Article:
2.2 While it is always difficult to get a large number of participants from the public, as contrasted with individual organisations, to participate in large group events, especially on Saturdays, the 158 people involved were highly motivated and easily engaged one another. The level of engagement is evidenced by the following indicators (please see priorities by summary and events attached):

 1. Across the three events, there were 41 sessions that generated 126 proposed actions.

 2. The summary of 23 priorities indicate a wide range of categories and clearly stated actions.

 3. More than half of priorities (54.8%) were in three categories: information to parents on child's progress, parent access to teachers and information to parents on curriculum and qualifications.

4. There was a high commitment to stay for the end of each event, only two parents left after lunch over all three events.

2.3 During the closing circle, an unusually high proportion of participants spoke about their experience and hopes for the future. More than nine out of ten people talked and, of these, about 95% were positive, thanking sponsors for the opportunity to speak about their concerns over parent/teacher relationships and their children's education and assessment.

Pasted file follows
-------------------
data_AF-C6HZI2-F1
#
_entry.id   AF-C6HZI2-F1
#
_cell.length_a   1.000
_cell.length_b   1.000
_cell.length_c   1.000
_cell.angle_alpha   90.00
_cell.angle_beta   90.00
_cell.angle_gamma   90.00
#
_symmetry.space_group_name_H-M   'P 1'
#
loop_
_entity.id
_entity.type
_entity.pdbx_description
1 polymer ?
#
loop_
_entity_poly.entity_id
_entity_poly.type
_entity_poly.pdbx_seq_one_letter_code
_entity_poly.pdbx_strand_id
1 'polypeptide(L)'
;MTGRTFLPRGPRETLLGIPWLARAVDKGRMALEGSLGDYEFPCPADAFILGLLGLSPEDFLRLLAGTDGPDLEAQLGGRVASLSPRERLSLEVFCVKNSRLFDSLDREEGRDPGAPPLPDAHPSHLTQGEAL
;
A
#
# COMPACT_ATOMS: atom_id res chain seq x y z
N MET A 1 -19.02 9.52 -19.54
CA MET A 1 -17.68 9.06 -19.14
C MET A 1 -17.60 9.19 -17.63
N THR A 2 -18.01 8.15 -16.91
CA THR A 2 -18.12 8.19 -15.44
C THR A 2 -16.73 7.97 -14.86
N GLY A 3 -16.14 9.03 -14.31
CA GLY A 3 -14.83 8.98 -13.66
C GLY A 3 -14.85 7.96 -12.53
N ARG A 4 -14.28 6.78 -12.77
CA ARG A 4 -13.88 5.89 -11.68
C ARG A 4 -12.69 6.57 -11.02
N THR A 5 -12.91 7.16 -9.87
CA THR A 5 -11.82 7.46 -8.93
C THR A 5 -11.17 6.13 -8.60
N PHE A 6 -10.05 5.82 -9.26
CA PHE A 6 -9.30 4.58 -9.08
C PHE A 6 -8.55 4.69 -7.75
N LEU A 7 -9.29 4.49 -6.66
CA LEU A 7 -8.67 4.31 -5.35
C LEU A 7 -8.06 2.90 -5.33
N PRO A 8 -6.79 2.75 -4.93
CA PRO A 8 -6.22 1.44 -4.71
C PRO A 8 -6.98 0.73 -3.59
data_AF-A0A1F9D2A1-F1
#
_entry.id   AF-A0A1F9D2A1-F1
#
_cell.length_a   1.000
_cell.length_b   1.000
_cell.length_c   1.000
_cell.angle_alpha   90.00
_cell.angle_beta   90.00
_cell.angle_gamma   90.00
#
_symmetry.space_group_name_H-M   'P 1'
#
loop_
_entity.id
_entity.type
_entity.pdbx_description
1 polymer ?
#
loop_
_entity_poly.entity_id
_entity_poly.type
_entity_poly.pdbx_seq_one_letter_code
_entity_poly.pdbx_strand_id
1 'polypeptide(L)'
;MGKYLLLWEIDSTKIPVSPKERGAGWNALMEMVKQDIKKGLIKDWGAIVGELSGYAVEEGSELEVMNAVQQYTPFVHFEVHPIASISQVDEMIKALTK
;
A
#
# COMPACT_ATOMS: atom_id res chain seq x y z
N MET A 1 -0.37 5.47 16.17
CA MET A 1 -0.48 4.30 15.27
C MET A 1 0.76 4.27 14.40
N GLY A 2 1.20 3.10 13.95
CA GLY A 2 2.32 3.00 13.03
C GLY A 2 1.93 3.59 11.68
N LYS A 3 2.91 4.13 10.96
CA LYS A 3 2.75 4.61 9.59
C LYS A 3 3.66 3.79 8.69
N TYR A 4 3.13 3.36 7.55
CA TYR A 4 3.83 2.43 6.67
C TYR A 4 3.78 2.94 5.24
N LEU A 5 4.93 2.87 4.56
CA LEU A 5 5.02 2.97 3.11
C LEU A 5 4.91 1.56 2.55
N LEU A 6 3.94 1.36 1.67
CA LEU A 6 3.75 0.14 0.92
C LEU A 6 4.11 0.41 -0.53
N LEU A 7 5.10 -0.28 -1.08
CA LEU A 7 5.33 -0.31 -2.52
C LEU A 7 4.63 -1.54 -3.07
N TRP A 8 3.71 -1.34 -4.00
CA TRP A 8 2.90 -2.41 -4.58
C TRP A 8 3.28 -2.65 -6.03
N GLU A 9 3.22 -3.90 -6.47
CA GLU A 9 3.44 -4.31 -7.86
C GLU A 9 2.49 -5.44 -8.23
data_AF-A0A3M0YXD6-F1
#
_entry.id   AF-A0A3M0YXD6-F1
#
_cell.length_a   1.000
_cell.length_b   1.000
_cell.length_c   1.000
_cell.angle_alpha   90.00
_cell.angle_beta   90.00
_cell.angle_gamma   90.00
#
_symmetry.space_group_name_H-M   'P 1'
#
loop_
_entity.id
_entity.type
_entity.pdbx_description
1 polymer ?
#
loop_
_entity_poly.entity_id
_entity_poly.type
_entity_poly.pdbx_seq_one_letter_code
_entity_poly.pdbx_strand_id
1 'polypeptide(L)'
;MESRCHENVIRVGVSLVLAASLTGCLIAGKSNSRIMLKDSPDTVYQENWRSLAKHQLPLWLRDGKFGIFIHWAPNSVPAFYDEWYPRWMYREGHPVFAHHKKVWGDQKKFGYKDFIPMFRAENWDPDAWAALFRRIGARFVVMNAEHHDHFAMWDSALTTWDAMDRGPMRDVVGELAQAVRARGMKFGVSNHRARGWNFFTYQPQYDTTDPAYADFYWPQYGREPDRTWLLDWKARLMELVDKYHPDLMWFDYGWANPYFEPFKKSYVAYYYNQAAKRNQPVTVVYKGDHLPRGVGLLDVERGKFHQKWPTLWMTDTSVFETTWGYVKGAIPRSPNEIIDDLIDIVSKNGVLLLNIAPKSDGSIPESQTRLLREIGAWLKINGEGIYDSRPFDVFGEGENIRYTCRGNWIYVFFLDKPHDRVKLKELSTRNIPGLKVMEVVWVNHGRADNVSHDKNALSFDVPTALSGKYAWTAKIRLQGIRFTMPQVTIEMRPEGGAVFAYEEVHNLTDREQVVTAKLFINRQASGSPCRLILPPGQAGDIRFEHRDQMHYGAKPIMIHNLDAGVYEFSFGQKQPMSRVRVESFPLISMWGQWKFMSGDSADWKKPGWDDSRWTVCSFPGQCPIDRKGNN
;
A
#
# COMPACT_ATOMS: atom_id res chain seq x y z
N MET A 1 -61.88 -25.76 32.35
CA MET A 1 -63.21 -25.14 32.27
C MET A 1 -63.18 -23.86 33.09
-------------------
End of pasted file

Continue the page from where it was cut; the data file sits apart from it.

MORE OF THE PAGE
2.4 A sizable minority were concerned about proposed actions being implemented, not wanting to see their efforts and positive energy wasted.

2.5 There was considerable passion, humour and commitment around the voice of parents being heard with responses anticipated from the Scottish Executive.

2.6 The events were a learning experience for everyone - parents, teachers and programme staff. Parents had an opportunity to discuss issues of importance with other parents and teachers. Teachers were able to present views on their relationship with parents and hear parental concerns outside traditionally structured evenings.

2.7 Group sessions focused on two-way communication and access between parents and teachers. Parents were very passionate about being involved in their children's education and wanted to continue the involvement. As indicated by the priority summary, parents and teachers proposed positive and innovative actions to improve their relationship and help children to do their best.


3.1 Open Space is a bottom-up process during which participants self organise an agenda around their burning issues.

3.2 Participants, sitting in circles as a Community, create their agenda and people select groups with issues that interest them. Accordingly, the process involves considerable voluntary self-selection and motivation.